I’ve had some interesting, and some uninteresting debates about climate change/global warming with readers, friends and others over the years. Some are stone cold deniers. Some, like one of EMN’s subscribers, is a skeptic who says he doesn’t know exactly who or what to believe, but that he just isn’t convinced.
At the end of the day, this debate is being held in the public and political courts – to convince us that it is or isn’t happening “beyond a reasonable doubt.” Just last month, Hal Lewis, a distinguished professor of physics at the University of California, Santa Barbara resigned from the American Physical Society after 67 (yes sixty-seven) years in the organization. At the heart of his decision was a contention that the physics field has been compromised by a “money flood” which is driving the global warming research. His resignation was also based largely on ClimateGate, which he says shows the corruption behind the science. For its part, APS has categorically rejected the accusations made by Lewis.
And there are climate scientists such as Stephen Schneider, from Stanford University who died of a heart attack in July 2010. He dedicated most of his life to the pursuit of climate studies and solutions and rang the global warming warning bell from the 1970s until his death. In one of his last written works, “Expert Credibility in Climate Change” in the National Academy of Sciences, he and co-authors concluded that 97 percent to 98 percent of leading experts in the climate science community support the view that human activities are causing climate change. That came from a data set of 1,372 climate researchers. But that doesn’t actually “prove” anything.
For every Lewis, the other side has a Schneider.
But what is really going on here? Can both be right? Are Al Gore and IPCC Chair Rajendra Pachauri true champions of the cause, or pioneers turned profiteers? Have they and others sold out to global warming in the way that others have sold out to Exxon to deny and obscure it?
Republicans, who invented cap-and-trade but now denounce it along with some Democrats, have also tapped into two key parts of the electorate’s psyche. The first is an easy one – why do something that is going to cost you money – especially in this economy? And secondly, why would you trust the scientists? I don’t see any global warming, do you?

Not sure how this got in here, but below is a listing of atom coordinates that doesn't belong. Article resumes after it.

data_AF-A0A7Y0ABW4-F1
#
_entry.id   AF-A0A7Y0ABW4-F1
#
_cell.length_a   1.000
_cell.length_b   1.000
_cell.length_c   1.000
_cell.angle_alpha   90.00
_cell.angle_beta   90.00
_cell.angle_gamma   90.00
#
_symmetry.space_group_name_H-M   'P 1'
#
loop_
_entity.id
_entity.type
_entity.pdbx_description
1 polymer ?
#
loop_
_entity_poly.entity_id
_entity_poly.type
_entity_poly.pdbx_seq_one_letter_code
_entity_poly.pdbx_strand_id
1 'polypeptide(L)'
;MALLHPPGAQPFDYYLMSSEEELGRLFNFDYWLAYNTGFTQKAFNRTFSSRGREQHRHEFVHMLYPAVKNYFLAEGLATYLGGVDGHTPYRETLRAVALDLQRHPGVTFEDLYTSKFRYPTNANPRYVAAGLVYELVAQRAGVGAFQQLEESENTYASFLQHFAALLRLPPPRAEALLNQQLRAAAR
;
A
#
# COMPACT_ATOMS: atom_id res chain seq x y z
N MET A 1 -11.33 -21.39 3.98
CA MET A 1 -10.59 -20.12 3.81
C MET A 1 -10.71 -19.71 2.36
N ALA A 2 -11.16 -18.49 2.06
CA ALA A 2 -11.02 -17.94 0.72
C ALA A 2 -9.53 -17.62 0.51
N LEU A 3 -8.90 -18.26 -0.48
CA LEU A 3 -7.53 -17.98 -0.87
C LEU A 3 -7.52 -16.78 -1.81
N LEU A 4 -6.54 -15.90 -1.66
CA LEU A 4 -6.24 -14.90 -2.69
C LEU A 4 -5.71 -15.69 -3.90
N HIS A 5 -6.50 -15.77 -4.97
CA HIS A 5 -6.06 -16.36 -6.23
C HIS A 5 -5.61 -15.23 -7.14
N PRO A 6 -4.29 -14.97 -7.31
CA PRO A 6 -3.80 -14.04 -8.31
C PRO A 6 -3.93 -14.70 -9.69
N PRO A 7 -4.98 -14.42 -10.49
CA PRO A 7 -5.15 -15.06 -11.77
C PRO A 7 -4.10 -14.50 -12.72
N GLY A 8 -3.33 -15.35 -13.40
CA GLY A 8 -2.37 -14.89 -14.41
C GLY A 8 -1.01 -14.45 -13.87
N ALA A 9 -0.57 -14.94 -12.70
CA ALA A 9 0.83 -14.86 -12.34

The second plays into the phenomenon highlighted by Michael Specter, a staff writer of the New Yorker and author of Denialism: How Irrational Thinking Hinders Scientific Progress, Harms the Planet and Threatens Our Lives.
His book and recent speech points to a trend in the U.S. and elsewhere, which is an anti-science movement against everything from vaccines for our kids to genetically engineered food to the science of climate change. We live in a world today where celebrities like Jenny McCarthy hold more sway over public opinion about vaccines than scientists and doctors do. We live in a world where conservatives make global warming denials a key part of their platforms. In short, we’re losing faith in science. Some would say science is under attack.
I’m not a ClimateGate apologist. Honestly, I can’t tell if Michael Mann harmed the scientific process in ClimateGate – five subsequent investigations say he didn’t. Now, some of the incoming Republicans who want nothing to do with anything on climate change policy, want to again investigate ClimateGate.
Meanwhile, some 700 researchers have said they will speak out against false claims regarding global warming. (see Lead Stories: “Climate scientists plan campaign against global-warming skeptics”).
In other words, there appears to be little chance of a fair and objective examination of the evidence. There comes a point in which we need to take a side and take stand. In fact, we need to believe in the scientists who are working on these complex issues. But in return for that trust, we need the scientific community to provide transparent, understandable research that stands up to the microscope of skeptics. The proof, beyond a reasonable doubt, is on them whether they like it or not.